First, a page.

Not even close. Our world right now is populated by "nice guys." In some cases, these "nice guys" are people like Fallon, whose actions actually do have the potential to affect many people in a profound way; Fallon frequently gets a pass from others, who say that, as an entertainer, he doesn't need to be political. But by hosting Trump at all, Fallon was engaging with the political sphere, and his playfulness with Trump could have signified to voters that the candidate was not as monstrous as he otherwise seemed. "Nice guys" populate the world of tech, too; they are men like Uber's Travis Kalanick, who, in an effort to create technology that he is certain will change the world for the better, engages in duplicitous, damaging actions, which negatively affect his employees, his competitors, and have ripple effects in the tech industry and beyond.

Other "nice guys" have even more power to inflict damage, all while hiding behind ready smiles and eager demeanors. Think of Jared Kushner, Trump's son-in-law who is now in charge of bringing peace to the Middle East, despite the fact that his most prominent job prior to this was destroying the reputation and quality of a once-vaunted New York newspaper (a hatred for the media is clearly something which father- and son-in-law have in common). Kushner, and his wife, Ivanka, were often talked about as being moderating and even positive influences on Trump; they were thought to be a potential stabilizing force in the chaotic maelstrom of the White House. But why was Kushner so trusted? Was it because he was a relatively good-looking, seemingly easy-going guy who probably knows how to make ready small talk? Was it because he just looked like a "nice guy"?

Probably, yes. As publicist Peggy Siegal told Vanity Fair for a profile on Kushner, "Besides being devastatingly handsome, he is well mannered, well bred, and so well turned out." In a word: nice. What this means is that Kushner seems unthreatening, even as he facilitates $110 million arms deals for Saudi Arabia, a country which has been conducting a horrific bombing campaign in Yemen for months now. The reason why "nice guys" like Kushner and Fallon are so dangerous is precisely because they work so hard to seem like what they're not, perfecting images of benign industry and innocence—even posing for photos in which they appear to be personifying a five-year-old on his way to school.

But "nice guys" don't actually care about the effects of their actions—or, at least, they don't care about what effects their actions have on other people. Kushner, after all, despite being an Orthodox Jew whose grandparents survived the Holocaust, didn't care about the anti-Semitic rhetoric so prevalent among Trump supporters; what he cared about was his own personal experience of Trump; what he cared about was his own personal rise to power under his father-in-law's presidency.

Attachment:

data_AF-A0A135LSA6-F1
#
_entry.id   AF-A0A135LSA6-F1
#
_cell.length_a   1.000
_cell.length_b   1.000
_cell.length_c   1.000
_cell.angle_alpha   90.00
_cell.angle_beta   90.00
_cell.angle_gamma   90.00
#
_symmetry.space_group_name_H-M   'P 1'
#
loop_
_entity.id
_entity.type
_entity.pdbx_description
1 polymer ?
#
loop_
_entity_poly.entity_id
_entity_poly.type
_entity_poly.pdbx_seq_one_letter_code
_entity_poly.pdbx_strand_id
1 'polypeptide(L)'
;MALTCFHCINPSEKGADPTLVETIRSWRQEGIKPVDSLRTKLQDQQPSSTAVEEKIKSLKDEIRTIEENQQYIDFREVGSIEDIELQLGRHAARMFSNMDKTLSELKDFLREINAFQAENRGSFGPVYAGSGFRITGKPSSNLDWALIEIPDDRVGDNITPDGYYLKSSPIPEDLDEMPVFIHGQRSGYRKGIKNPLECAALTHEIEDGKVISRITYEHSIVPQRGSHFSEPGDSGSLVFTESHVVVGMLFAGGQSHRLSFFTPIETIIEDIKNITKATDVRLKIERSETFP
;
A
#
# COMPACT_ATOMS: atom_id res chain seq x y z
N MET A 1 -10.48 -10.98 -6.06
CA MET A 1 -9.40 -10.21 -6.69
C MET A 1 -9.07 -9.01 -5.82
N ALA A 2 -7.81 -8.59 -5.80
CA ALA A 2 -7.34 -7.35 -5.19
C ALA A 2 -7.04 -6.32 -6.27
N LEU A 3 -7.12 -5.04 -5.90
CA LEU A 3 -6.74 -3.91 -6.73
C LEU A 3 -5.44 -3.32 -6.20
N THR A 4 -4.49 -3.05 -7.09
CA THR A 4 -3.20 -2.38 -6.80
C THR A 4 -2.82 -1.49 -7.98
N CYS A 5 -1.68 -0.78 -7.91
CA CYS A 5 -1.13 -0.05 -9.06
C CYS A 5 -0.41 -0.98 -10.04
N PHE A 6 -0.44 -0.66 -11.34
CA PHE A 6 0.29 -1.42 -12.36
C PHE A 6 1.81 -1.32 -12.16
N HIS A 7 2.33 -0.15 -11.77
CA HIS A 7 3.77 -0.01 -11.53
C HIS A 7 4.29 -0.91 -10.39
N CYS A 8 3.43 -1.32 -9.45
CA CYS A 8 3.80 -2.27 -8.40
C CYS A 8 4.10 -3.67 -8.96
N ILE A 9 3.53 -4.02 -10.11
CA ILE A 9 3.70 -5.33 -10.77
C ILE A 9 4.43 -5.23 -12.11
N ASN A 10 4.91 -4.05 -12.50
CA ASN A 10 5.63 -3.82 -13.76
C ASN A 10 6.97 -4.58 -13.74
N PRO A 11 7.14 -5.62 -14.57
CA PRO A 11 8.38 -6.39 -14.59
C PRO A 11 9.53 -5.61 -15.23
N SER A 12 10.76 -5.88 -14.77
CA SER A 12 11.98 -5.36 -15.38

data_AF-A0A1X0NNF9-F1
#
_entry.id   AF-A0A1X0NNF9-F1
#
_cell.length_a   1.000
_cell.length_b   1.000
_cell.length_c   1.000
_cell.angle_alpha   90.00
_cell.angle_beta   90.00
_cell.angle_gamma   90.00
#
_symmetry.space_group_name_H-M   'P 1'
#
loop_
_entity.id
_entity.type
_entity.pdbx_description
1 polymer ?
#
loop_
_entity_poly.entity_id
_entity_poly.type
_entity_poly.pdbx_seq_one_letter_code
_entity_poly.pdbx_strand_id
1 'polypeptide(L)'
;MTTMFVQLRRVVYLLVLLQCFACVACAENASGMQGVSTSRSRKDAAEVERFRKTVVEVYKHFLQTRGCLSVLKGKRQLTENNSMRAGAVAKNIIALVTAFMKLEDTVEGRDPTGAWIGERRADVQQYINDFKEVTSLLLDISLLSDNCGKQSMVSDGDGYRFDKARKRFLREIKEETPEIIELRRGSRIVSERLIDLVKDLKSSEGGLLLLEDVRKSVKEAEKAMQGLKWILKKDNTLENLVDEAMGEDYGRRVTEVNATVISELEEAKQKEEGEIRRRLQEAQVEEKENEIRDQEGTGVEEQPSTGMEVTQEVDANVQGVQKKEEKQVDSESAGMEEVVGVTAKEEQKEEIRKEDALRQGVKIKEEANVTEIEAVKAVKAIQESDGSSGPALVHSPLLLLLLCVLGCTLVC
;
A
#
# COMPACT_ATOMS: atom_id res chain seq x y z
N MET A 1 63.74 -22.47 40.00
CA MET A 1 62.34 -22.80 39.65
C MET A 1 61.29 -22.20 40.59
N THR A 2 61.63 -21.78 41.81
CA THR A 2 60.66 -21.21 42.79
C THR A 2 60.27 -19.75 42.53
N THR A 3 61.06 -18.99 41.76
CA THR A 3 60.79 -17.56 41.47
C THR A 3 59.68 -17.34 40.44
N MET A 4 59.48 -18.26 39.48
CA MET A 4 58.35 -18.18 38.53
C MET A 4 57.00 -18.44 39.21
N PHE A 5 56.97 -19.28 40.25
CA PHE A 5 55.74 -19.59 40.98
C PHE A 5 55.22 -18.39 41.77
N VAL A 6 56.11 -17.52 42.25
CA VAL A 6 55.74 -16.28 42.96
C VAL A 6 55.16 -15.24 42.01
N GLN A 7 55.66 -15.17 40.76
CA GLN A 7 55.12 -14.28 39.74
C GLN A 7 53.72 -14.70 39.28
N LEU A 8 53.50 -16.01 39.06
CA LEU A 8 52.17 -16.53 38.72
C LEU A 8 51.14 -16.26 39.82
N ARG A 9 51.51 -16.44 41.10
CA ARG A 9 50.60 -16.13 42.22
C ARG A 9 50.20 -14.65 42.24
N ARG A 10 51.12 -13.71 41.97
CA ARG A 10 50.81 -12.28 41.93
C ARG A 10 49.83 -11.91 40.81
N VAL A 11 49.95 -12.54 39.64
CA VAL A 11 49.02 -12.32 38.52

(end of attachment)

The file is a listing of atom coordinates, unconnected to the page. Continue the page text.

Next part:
And Fallon? As he explained to the Times, his real problem with how his popularity has plummeted since he ruffled Trump's hair has little to do with how he might have hurt other people, and everything to do with how he himself was hurt. Fallon said, “If I let anyone down, it hurt my feelings that they didn’t like it. I got it.” We got it, too. And that's why this particular "nice guy" is currently finishing last in the ratings.

We also see Margot Robbie take on Sharon Tate

The new trailer for Quentin Tarantino's upcoming movie Once Upon a Time in Hollywood gives a look at the Manson Family. In the previous clip, we saw Brad Pitt and Leonardo DiCaprio at their funniest. Now, we get to see Margot Robbie take on actress Sharon Tate, Lena Dunham become a cult member, and how the fictional and real-life story lines will intersect in the film.

Per a press release, the film—that follows a fictional story set around the time of the real-life Manson murders—"visits 1969 Los Angeles, where everything is changing, as TV star Rick Dalton (DiCaprio) and his longtime stunt double Cliff Booth (Pitt) make their way around an industry they hardly recognize anymore."

In this clip, after being introduced to Dalton and Booth, viewers get to see how the latter ends up mingling with the Manson Family. As Booth picks up a girl (Margaret Qualley) on the side of the road, he unknowingly welcomes a Manson family member into his life and begins to visit their ranch. The fiction and real-life stories intersect when we find out that Dalton lives next store to Tate, who was murdered by the members of Charles Manson's cult in 1969.

Watch the new trailer for Once Upon A Time In Hollywood ahead of its July 26 theatrical release, below.


Photos by Charles McQuillan/Getty Images

This photo proves that they are the chillest onscreen family

Sophie Turner just posted a photo of herself, Maisie Williams, and Isaac Hempstead Wright—aka the Stark siblings—to her Instagram, showing just what the three used to get up to when the Game of Thrones cameras weren't rolling.

The photo shows Wright looking quite pleased with himself while sitting on a makeshift throne, wearing no pants. As he should be, seeing as (spoiler) his character, Bran, won the Iron Throne this weekend. Williams, meanwhile, is looking way too cool to be involved in the shenanigans, wearing a pair of black sunglasses and staring absently off-camera. As for Turner, she's looking away from her onscreen brother, too, nervously smoking a Juul.